God’s voice speaks good news. When those who are oppressed in any way hear the good news that their burdens can be lifted, this is God’s voice. When those whose hearts are broken by whatever kind of sorrow the world can bring upon us find their heart-strings re-woven and re-tuned, this is God’s voice. When those who are held captive by social, economic and political forces find freedom, this is God’s voice. When those who believe that God does care for this world hear the truth that this world is beloved by its Creator, this is God’s voice. When those who live in the physical, emotional or spiritual ruins of their lives find the strength and will to re-build, this is God’s voice.
You and I are just such a voice. When we were baptized, we were marked with the cross, the sign of God’s enduring and passionate love for the whole of creation. We learned who we truly are and, in the ways that we are able, we have undertaken to live out this love in concrete ways every day of our lives. When we have witnessed the baptism of others, we have renewed our commitment to this vocation, acknowledging our shortcomings but also giving thanks for God’s faithfulness to us in all times and in all places. We are counted among those whom God has anointed, set apart for a life-long ministry of proclaiming the good news.
We know that we are such a voice because who we are is shown by what we do. Our story as a Christian people is sometimes told as if it were only marked by spectacular failures. While it is true that we have not always lived up to our vocation, the signs of our faithfulness are all around us. Public education in the Western cultural tradition is a product of the Christian movement not the state. Organized health care, as well, has its origins in the compassion of Christians throughout the centuries not in the benevolence of the state. Slavery was brought to an end, in part, through the efforts of Christians throughout the world.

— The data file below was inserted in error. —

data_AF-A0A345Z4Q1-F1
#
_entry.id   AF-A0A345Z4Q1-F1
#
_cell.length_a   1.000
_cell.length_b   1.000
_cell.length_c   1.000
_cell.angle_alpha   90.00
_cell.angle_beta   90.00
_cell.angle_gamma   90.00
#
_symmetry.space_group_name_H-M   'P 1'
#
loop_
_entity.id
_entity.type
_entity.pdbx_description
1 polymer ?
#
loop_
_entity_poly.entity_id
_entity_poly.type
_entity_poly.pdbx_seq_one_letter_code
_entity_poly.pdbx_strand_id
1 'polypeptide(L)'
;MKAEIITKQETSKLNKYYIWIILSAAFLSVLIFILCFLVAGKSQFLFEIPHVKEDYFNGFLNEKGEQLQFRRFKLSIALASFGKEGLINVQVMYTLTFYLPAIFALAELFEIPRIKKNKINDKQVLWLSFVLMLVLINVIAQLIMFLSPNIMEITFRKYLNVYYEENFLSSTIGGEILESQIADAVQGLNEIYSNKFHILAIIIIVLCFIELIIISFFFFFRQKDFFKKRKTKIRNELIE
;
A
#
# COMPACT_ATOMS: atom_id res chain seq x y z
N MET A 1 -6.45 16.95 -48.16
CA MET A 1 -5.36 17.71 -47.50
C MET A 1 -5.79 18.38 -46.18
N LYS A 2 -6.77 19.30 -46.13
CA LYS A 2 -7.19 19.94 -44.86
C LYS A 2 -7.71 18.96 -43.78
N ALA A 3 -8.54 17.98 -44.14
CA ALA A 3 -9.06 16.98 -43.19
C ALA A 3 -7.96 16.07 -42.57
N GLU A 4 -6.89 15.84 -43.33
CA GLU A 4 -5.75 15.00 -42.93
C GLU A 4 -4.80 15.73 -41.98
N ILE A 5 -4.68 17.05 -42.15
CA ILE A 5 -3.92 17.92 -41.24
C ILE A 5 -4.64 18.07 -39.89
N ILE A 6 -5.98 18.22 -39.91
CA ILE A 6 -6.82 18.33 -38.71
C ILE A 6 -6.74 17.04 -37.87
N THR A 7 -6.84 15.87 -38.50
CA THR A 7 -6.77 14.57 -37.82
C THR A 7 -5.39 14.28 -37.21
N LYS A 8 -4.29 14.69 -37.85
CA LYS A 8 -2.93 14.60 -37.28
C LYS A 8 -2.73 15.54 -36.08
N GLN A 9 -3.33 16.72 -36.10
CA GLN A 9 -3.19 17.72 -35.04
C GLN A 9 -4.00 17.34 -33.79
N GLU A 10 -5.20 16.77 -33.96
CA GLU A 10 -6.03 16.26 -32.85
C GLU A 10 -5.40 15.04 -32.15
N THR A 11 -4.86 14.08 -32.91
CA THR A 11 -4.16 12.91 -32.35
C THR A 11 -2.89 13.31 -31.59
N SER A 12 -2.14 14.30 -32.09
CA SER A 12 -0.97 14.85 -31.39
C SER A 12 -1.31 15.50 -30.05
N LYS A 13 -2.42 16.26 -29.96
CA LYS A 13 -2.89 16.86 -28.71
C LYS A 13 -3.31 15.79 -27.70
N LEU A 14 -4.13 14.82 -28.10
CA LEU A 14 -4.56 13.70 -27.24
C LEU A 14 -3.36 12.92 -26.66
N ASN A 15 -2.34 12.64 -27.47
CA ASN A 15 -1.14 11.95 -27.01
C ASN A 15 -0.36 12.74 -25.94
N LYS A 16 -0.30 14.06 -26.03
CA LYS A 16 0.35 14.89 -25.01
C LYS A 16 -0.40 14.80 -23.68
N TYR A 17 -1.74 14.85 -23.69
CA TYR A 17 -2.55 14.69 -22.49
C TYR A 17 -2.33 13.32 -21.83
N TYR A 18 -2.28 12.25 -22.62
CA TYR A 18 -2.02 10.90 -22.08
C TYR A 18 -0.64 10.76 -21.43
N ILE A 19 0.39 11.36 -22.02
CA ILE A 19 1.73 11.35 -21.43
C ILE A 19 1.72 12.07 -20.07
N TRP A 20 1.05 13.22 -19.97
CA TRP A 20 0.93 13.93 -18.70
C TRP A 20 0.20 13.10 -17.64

In recent decades our voice has been raised to confront those attitudes and practices which have treated women as second-class persons. We have confessed our failure to uphold the dignity of First Nations and continue the struggle for justice and reconciliation. We are still engaged in the struggle for the recognition of the full humanity of gays and lesbians, whether in the church or in the world at large.
Here at Saint Faith’s God has anointed us to preach good news to the many newcomers to this neighbourhood, some who have knowledge of our faith, others who do not. Through the Pastoral Resource Centre we are helping those in need find housing and security. Even joyful occasions such as the Christmas Sale have at their heart raising funds to support people whom we are likely never to meet.
We have been anointed by God’s spirit to be a voice in the wilderness of our own times that dares to speak on behalf of Christ, the one who makes straight the way of God. Just as John spoke that word in the dangerous and hostile world of Palestine in the first century, so we speak this word in a more comfortable and at times indifferent world of Vancouver in the twenty-first century. All around us are people who long for a community of purpose, a community of compassion, a community of prayer and thanksgiving. Let us lift up our voices, for the Spirit of the Lord is upon us to proclaim the good news that in us, through us and with us Christ is making straight this world’s crooked ways and making level this world’s daunting heights. Amen.